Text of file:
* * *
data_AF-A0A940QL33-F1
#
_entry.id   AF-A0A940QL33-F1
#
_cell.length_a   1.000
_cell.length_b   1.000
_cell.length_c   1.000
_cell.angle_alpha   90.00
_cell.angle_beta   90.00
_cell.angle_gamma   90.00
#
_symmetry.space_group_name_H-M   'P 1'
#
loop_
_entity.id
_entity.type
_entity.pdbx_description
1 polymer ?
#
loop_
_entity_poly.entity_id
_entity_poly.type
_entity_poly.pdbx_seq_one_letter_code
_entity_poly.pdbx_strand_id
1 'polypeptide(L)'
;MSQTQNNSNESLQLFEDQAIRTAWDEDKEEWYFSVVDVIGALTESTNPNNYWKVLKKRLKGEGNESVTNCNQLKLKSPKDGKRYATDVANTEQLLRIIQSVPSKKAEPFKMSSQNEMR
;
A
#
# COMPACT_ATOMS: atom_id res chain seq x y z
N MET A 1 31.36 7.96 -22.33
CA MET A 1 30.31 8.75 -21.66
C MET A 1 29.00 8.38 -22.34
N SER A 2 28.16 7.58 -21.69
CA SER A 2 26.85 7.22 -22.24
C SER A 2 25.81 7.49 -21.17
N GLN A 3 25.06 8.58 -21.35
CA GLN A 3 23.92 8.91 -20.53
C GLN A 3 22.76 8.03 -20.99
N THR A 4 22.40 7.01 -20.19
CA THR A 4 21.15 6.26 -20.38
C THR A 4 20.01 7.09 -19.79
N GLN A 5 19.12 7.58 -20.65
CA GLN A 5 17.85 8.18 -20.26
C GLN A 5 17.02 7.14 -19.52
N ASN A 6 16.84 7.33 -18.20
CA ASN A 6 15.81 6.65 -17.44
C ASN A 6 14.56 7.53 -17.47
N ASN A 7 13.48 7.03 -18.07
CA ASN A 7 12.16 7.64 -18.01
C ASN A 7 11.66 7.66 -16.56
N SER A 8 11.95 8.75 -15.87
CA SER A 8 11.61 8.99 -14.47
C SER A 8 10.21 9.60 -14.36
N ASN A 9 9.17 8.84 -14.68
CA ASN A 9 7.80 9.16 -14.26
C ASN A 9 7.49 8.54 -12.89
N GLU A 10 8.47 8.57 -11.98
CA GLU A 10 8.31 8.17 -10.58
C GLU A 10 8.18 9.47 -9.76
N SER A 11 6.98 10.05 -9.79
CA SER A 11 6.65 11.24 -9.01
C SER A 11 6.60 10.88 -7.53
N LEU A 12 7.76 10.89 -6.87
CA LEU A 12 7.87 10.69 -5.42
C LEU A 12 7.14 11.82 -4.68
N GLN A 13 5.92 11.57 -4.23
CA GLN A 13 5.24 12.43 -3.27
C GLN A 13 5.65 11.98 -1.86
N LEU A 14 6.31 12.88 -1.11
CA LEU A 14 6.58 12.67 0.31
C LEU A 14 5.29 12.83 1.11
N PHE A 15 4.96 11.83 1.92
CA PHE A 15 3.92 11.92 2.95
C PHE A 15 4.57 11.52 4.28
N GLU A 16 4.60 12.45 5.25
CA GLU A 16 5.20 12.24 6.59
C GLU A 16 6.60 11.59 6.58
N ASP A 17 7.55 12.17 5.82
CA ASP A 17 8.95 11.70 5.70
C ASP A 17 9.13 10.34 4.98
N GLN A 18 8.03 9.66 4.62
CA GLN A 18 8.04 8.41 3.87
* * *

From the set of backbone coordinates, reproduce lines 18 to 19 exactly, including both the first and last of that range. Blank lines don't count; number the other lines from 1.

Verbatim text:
1 polymer ?
#